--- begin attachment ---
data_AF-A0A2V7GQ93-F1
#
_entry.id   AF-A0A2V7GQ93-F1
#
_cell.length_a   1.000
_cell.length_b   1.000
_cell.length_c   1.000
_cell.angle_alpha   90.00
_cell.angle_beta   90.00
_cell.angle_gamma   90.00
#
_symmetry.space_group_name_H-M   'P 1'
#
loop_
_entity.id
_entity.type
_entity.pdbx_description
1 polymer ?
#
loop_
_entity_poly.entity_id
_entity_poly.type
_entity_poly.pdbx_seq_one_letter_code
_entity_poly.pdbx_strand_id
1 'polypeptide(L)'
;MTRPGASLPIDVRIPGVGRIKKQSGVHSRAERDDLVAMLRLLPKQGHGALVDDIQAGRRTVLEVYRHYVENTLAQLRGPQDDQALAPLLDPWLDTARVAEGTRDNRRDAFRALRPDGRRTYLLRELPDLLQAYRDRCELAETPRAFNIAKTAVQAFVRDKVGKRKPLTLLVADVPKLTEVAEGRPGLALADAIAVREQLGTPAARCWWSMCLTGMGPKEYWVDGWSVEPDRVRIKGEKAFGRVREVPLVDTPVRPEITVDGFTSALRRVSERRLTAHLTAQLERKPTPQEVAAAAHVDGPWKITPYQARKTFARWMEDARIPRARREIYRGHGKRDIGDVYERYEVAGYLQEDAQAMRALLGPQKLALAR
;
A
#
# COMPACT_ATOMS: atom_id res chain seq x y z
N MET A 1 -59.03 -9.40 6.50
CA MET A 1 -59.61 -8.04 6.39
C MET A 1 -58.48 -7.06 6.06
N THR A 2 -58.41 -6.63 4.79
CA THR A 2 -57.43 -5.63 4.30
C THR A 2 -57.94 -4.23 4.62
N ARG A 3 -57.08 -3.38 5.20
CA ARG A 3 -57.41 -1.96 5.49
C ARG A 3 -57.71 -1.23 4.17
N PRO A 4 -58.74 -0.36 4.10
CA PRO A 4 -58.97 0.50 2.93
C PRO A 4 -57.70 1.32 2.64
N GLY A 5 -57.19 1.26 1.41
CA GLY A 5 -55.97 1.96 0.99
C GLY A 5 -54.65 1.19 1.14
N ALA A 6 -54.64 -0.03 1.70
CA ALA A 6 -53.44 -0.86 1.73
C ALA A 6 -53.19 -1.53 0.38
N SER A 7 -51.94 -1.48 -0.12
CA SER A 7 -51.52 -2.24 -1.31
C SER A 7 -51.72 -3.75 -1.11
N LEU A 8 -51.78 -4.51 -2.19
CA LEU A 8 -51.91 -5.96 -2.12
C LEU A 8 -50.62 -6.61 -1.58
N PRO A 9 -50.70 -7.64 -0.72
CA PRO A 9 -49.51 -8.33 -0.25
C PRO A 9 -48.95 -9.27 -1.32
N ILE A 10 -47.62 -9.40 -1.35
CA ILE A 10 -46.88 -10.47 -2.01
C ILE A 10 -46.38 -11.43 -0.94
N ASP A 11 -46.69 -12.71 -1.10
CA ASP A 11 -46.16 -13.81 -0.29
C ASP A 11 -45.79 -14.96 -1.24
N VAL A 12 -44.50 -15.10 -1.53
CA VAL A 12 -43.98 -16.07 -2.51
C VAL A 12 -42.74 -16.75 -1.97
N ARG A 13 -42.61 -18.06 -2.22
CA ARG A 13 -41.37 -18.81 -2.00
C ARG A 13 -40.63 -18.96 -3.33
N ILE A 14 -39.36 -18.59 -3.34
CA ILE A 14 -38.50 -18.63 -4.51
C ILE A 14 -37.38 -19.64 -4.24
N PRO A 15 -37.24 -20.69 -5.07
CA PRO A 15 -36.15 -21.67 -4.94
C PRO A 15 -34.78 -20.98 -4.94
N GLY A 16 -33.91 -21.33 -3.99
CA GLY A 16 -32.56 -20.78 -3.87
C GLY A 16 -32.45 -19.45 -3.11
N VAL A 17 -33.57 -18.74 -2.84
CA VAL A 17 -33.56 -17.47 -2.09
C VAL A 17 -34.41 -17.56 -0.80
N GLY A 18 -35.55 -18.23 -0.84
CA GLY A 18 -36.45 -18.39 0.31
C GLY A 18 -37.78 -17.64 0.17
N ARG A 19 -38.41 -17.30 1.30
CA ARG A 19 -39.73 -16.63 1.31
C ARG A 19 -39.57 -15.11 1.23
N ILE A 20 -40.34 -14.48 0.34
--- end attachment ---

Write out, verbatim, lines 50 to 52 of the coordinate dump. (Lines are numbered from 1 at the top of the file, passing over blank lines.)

CA SER A 7 -51.52 -2.24 -1.31
C SER A 7 -51.72 -3.75 -1.11
N LEU A 8 -51.78 -4.51 -2.19